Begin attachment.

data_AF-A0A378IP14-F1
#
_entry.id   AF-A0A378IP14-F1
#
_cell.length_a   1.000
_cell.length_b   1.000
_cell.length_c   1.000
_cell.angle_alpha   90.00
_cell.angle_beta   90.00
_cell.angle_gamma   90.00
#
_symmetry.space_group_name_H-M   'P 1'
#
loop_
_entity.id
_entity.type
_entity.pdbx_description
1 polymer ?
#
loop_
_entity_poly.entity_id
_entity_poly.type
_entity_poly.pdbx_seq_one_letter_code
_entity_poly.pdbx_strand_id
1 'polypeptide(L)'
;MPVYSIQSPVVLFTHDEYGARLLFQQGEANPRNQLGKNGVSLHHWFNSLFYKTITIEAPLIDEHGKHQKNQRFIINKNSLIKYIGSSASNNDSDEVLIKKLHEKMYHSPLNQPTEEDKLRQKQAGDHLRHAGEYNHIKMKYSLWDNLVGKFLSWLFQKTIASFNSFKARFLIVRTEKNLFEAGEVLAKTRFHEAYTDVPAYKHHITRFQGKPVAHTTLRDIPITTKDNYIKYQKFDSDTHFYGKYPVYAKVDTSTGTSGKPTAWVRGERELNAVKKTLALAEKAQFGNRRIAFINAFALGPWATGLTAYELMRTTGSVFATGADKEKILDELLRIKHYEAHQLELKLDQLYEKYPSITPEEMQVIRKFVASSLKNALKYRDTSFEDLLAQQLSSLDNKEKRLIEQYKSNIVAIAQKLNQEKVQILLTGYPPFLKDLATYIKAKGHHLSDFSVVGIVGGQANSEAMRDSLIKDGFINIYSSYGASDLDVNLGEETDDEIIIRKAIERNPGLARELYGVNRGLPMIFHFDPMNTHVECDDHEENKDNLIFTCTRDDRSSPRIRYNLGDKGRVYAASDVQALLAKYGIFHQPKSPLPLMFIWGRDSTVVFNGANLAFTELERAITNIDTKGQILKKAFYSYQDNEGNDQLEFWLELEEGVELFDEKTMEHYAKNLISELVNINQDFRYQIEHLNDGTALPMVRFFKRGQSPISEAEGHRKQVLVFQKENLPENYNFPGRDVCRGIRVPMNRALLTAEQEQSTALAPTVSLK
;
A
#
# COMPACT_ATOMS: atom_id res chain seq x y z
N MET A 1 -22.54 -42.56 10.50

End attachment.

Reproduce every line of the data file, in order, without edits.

data_AF-A0A378IP14-F1
#
_entry.id   AF-A0A378IP14-F1
#
_cell.length_a   1.000
_cell.length_b   1.000
_cell.length_c   1.000
_cell.angle_alpha   90.00
_cell.angle_beta   90.00
_cell.angle_gamma   90.00
#
_symmetry.space_group_name_H-M   'P 1'
#
loop_
_entity.id
_entity.type
_entity.pdbx_description
1 polymer ?
#
loop_
_entity_poly.entity_id
_entity_poly.type
_entity_poly.pdbx_seq_one_letter_code
_entity_poly.pdbx_strand_id
1 'polypeptide(L)'
;MPVYSIQSPVVLFTHDEYGARLLFQQGEANPRNQLGKNGVSLHHWFNSLFYKTITIEAPLIDEHGKHQKNQRFIINKNSLIKYIGSSASNNDSDEVLIKKLHEKMYHSPLNQPTEEDKLRQKQAGDHLRHAGEYNHIKMKYSLWDNLVGKFLSWLFQKTIASFNSFKARFLIVRTEKNLFEAGEVLAKTRFHEAYTDVPAYKHHITRFQGKPVAHTTLRDIPITTKDNYIKYQKFDSDTHFYGKYPVYAKVDTSTGTSGKPTAWVRGERELNAVKKTLALAEKAQFGNRRIAFINAFALGPWATGLTAYELMRTTGSVFATGADKEKILDELLRIKHYEAHQLELKLDQLYEKYPSITPEEMQVIRKFVASSLKNALKYRDTSFEDLLAQQLSSLDNKEKRLIEQYKSNIVAIAQKLNQEKVQILLTGYPPFLKDLATYIKAKGHHLSDFSVVGIVGGQANSEAMRDSLIKDGFINIYSSYGASDLDVNLGEETDDEIIIRKAIERNPGLARELYGVNRGLPMIFHFDPMNTHVECDDHEENKDNLIFTCTRDDRSSPRIRYNLGDKGRVYAASDVQALLAKYGIFHQPKSPLPLMFIWGRDSTVVFNGANLAFTELERAITNIDTKGQILKKAFYSYQDNEGNDQLEFWLELEEGVELFDEKTMEHYAKNLISELVNINQDFRYQIEHLNDGTALPMVRFFKRGQSPISEAEGHRKQVLVFQKENLPENYNFPGRDVCRGIRVPMNRALLTAEQEQSTALAPTVSLK
;
A
#
# COMPACT_ATOMS: atom_id res chain seq x y z
N MET A 1 -22.54 -42.56 10.50